Pearl Gourami (Trichogaster leeri): Basics

Pearl Gourami (Trichogaster leeri) were one of the first species of fish I really put time and effort into learning about and accommodating. I was recommended them as a good peaceful community fish for beginners, as they are quite hardy and beautiful fish.


While males can be absolutely gorgeous and engaging fish, they are often much harder to find in fish stores. I began with two females in a 30 gallon, hoping I had enough hiding spots for them to live peacefully together, as female gourami can be agressive toward each other One of the females was more confident, inquisitive, and aggressive than the other. The bottom, orange/red spiked fin on this female was almost always extended, showing off beautiful colors. The other female was quite anxious and easily scare, with its bottom fin rarely being extended. The difference in this fin placement can be seen in the two photos below:

One rather fortunate and interesting adaptation of Pearl Gourami is their Labyrinth Organ, common to bettas, paradise fish, and other from the suborder AnabantoideiLabyrinth organs let fish take oxygen from the air into the bloodstream, rather than having to absorb oxygen from the water. So, when the more shy of my two females jumped out of my tank minutes after being added, she was fine when I finally found her ten minutes later! It was terrifying to be sure, but so long as an anabantoid is returned to water before losing too much moisture, the fish can make a full recovery.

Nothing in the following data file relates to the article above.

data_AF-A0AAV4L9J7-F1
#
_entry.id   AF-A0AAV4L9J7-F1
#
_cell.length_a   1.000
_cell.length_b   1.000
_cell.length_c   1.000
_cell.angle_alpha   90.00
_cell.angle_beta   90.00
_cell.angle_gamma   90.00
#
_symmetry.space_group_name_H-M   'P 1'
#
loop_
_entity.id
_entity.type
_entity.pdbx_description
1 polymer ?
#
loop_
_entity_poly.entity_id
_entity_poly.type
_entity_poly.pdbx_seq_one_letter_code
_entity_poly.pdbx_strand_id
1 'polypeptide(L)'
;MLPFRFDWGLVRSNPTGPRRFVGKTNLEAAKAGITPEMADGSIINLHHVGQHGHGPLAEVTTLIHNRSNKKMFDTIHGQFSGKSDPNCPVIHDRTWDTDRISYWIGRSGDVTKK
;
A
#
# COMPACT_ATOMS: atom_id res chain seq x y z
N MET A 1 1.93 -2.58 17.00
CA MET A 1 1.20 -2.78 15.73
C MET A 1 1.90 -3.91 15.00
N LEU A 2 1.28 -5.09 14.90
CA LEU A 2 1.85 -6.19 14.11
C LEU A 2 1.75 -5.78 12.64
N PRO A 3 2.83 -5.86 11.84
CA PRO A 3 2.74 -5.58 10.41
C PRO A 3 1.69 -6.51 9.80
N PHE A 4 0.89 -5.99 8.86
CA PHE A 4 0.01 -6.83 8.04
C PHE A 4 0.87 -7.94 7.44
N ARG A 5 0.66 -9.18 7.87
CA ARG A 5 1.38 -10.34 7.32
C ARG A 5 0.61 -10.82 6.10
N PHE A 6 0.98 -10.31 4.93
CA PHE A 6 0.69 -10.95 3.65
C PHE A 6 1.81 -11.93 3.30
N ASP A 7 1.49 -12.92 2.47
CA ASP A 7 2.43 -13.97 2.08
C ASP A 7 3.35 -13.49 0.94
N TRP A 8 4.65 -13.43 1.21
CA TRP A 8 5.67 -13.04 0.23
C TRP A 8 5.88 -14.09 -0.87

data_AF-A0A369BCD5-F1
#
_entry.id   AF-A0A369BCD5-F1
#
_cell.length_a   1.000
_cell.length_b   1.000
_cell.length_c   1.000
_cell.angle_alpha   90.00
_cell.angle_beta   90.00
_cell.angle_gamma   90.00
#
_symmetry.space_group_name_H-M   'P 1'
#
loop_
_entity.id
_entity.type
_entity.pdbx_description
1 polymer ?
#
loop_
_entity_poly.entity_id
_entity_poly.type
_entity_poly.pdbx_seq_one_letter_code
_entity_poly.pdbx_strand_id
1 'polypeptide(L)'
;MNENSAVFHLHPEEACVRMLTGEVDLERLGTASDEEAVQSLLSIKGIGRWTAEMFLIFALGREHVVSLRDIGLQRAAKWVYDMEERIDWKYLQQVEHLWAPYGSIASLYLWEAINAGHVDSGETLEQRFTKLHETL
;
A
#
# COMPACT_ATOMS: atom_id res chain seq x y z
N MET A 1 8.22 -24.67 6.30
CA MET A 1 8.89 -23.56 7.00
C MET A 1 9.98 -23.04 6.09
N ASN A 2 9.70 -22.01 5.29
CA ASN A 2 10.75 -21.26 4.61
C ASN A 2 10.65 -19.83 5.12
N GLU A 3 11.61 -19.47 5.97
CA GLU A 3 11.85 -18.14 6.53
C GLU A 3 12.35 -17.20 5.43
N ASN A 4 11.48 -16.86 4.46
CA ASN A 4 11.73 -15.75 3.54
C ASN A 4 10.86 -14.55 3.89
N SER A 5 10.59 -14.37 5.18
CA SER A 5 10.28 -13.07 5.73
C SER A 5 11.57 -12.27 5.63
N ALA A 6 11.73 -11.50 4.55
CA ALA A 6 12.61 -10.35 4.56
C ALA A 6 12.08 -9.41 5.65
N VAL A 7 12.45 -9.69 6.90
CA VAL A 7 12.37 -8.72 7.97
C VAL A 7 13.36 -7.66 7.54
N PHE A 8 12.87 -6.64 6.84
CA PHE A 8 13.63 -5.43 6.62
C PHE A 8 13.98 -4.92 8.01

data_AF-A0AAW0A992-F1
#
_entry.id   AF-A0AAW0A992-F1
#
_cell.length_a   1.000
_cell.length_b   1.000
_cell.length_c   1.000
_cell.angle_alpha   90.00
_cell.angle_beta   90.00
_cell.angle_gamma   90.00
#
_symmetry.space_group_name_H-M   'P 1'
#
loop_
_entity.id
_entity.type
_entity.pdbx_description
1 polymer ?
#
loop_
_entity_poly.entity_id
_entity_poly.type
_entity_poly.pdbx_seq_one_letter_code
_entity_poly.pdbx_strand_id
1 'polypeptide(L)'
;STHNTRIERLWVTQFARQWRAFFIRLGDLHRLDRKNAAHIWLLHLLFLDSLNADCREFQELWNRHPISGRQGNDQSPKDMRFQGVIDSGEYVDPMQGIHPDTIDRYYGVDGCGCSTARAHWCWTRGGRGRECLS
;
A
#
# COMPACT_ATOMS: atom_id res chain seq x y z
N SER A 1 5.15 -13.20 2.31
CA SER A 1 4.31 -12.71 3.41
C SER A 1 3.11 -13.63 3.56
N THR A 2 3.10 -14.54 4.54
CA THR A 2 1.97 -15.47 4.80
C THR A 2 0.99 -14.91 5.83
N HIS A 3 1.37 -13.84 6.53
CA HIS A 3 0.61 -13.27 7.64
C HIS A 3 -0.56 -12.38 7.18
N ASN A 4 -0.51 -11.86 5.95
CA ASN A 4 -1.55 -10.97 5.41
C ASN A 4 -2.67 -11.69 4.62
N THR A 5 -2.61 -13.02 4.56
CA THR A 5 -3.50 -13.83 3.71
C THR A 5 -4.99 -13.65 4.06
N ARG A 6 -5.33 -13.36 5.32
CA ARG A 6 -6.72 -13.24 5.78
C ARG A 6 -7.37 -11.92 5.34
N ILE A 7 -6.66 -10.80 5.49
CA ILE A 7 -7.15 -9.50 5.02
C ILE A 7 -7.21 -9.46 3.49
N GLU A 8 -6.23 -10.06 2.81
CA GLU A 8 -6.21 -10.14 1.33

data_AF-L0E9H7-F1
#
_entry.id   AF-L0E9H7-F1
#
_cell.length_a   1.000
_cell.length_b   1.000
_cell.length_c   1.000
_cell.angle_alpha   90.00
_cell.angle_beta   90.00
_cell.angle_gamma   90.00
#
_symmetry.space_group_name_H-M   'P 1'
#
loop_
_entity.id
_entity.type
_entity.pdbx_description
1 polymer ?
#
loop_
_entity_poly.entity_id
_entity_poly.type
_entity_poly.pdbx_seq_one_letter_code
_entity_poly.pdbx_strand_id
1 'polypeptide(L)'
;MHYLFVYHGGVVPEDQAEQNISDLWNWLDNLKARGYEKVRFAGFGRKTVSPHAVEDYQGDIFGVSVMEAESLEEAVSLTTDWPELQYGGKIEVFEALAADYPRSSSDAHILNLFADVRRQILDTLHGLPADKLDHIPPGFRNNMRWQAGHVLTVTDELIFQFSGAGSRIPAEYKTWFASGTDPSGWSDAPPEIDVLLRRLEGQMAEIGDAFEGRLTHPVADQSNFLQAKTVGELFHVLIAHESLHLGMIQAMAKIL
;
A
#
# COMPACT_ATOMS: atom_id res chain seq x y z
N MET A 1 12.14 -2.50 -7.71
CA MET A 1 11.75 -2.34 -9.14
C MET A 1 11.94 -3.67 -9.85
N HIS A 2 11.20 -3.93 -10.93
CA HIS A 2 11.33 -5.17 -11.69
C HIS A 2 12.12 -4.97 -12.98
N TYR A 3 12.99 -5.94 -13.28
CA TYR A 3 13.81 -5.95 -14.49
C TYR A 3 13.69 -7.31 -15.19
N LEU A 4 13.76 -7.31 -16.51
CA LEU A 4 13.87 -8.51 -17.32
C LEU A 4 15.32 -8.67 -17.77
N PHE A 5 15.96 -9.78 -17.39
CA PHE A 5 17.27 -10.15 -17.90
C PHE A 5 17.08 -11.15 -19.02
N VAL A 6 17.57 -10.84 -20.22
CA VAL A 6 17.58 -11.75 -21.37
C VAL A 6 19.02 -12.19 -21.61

A female pearl gourami breathing at the water’s surface

I now have the original two females, a male, and a third female all living together in my 150 gallon. With so many hiding spots, I rarely see all of them out at once. They prefer to stay in darker corners and really enjoy when I let my floating plants multiply. Pearl gourami are voracious eaters, with very little feed not on their menu. Yet, with their temperament, I’ve never had one go after dwarf shrimp or smaller fish. My male is far more aggressive than the females, but only when chasing off other large fish.

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Gold Barb (Puntius semifasciolatus)

A Gold Barb

The Gold Barb

Gold barbs actually have a rather interesting history in terms of how they’ve been named and bred within the aquarium hobby. While originally from the Red River Basin area of Southeast Asia (thus sometimes calledChinese or China barbs), most gold barbs sold in stores are the result of Thomas Schubert‘s selective breeding efforts in the 1960’s. Schubert‘s bright yellow/gold Puntius semifasciolatus are beautiful fish now captive bred for sale, while the wild greenish Puntius semifasciolatus populations are considered at risk.

Gold barbs are hardy, adaptable shoaling fish, meaning they need to be kept in groups. Sometimes mine group quite tightly, and other times they can be found spread throughout the tank. Given their bright yellow color, gold barbs can make a beautiful focal point in a tank. Mine are still not full grown, but they typically reach around 3″. These guys are quite active throughout the tank, especially in the middle and bottom regions, so be sure to give them room to swim and search! For a general idea, in an established 20 gallon, 9 gold barbs would max out stocking.